A team from The University of Texas have, along with Romanian computer scientist Mihai Polceanu, won a competition for the "BotPrize", which is awarded to whoever can come up with the most "human-like" piece of artificial intelligence in Unreal Tournament 2004.

Why UT2004 and not, say, Counter-Strike? Because the competition was sponsored by UT's publisher 2K games, that's why!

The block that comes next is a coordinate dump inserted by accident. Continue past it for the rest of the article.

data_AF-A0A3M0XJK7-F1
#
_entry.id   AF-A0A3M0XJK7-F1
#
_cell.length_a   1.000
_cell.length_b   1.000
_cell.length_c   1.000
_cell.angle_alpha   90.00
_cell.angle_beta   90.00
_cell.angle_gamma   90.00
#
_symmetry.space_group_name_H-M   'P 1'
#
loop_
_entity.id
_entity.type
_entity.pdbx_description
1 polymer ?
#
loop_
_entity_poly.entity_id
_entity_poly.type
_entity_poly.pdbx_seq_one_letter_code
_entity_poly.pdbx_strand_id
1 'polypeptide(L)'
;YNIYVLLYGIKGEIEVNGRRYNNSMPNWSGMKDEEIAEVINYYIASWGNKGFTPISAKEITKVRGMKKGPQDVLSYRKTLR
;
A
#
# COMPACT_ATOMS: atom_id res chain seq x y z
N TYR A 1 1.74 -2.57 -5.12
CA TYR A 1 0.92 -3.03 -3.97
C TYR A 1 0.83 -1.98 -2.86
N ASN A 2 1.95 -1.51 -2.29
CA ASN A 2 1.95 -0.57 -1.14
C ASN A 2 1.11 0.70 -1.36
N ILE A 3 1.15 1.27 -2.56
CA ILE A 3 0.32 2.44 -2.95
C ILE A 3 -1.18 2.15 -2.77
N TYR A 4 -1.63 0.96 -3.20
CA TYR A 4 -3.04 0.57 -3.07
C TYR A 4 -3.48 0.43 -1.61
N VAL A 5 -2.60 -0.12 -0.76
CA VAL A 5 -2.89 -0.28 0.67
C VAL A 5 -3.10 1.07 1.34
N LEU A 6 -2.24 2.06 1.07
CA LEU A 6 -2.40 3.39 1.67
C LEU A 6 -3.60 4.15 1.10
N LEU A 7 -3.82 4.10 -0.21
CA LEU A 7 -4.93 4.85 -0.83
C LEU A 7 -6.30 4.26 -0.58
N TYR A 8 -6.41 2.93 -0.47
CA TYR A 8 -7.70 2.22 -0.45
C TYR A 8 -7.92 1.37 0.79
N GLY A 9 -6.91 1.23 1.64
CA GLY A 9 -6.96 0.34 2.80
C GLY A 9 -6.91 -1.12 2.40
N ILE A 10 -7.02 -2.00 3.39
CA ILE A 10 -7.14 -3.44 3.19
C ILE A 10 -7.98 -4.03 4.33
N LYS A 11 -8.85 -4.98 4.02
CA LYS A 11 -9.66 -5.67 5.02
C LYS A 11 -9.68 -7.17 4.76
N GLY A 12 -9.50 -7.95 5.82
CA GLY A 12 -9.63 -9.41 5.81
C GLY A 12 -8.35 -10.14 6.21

The contestants were judged by a panel of experts according to their "humanness". The average actual human being scored around 40% on this scale, while the winning AI, UT^2, scored 52%, matching the score of Polceanu's MirrorBot.

If you're wondering just how a bot can be tailored to act human, the winners programmed their AIs to do things like hold a grudge (pursuing an enemy if it's not the "optimal" thing to do), move like a human and even act irrationally.


Artificially intelligent game bots pass the Turing test on Turing's centenary [EurekAlert, via Reddit]